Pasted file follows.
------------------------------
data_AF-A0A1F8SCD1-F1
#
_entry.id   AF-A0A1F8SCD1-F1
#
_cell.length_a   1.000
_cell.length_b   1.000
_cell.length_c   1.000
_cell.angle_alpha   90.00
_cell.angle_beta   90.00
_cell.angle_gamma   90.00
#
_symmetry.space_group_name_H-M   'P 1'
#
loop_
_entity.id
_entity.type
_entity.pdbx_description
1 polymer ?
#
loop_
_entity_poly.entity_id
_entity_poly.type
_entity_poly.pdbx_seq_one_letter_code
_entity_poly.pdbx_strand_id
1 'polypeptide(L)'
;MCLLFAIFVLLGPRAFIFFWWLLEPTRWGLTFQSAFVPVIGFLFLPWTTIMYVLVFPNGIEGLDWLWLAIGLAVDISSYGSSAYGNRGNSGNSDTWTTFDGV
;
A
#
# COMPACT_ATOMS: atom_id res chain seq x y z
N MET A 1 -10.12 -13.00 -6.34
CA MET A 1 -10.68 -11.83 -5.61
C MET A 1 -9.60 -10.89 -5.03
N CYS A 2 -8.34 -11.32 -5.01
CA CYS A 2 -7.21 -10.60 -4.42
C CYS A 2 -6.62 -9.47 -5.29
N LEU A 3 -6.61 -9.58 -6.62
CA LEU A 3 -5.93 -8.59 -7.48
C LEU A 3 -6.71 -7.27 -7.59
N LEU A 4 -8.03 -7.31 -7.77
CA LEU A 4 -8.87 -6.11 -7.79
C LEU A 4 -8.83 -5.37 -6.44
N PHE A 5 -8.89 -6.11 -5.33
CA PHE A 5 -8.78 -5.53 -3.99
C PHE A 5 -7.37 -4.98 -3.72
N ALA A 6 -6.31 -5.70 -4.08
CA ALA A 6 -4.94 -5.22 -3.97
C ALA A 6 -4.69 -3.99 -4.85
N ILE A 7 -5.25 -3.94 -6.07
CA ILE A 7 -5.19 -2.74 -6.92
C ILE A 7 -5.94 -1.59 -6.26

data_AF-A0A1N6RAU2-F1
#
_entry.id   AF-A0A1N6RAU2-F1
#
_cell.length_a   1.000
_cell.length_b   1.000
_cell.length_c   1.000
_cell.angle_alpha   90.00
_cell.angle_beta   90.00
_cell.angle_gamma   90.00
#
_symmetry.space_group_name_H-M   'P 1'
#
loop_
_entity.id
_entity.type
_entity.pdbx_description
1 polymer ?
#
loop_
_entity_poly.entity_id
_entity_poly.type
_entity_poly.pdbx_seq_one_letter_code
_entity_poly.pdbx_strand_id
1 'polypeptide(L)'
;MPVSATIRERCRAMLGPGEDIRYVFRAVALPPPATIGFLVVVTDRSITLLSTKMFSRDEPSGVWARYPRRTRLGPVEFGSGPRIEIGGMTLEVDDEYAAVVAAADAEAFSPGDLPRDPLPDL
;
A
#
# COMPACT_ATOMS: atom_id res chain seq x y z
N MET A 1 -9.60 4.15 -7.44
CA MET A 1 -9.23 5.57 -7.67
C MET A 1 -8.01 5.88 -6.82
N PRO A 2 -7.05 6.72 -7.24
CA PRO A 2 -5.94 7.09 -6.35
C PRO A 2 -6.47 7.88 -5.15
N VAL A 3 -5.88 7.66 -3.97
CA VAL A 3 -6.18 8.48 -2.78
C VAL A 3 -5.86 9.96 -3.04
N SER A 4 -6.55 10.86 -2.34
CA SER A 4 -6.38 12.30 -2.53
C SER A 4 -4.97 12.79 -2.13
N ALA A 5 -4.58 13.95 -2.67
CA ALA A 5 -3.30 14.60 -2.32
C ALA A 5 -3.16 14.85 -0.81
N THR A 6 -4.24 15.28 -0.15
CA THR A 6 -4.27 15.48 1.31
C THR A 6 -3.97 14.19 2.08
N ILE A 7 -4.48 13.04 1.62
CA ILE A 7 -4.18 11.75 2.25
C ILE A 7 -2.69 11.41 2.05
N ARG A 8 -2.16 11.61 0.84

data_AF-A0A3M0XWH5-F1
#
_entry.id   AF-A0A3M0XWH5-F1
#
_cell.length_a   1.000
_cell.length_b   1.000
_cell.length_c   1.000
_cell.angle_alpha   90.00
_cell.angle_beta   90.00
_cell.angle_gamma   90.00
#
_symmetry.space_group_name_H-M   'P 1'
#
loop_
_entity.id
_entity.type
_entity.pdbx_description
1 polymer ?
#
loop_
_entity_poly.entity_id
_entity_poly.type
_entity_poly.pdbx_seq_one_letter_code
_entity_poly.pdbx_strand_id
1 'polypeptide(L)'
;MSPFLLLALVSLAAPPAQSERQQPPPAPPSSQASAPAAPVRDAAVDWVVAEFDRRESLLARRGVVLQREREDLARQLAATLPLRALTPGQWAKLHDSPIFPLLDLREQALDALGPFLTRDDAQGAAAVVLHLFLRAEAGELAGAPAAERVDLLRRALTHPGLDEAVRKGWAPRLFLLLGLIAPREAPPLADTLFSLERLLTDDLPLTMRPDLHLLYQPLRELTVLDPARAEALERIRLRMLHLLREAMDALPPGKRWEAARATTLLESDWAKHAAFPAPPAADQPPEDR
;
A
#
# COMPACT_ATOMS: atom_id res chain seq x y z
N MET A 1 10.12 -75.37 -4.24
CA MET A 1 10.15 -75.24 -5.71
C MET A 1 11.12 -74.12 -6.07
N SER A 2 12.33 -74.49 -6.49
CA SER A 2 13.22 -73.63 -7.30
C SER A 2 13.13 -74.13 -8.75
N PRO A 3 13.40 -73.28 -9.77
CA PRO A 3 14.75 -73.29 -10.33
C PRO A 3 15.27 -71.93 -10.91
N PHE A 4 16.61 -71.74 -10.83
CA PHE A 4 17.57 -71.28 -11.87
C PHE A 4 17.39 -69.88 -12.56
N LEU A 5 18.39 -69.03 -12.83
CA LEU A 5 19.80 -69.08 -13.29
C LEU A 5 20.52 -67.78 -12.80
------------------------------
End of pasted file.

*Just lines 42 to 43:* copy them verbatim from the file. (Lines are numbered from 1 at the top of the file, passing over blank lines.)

C LEU A 4 -8.83 -5.37 -6.44
N PHE A 5 -8.89 -6.11 -5.33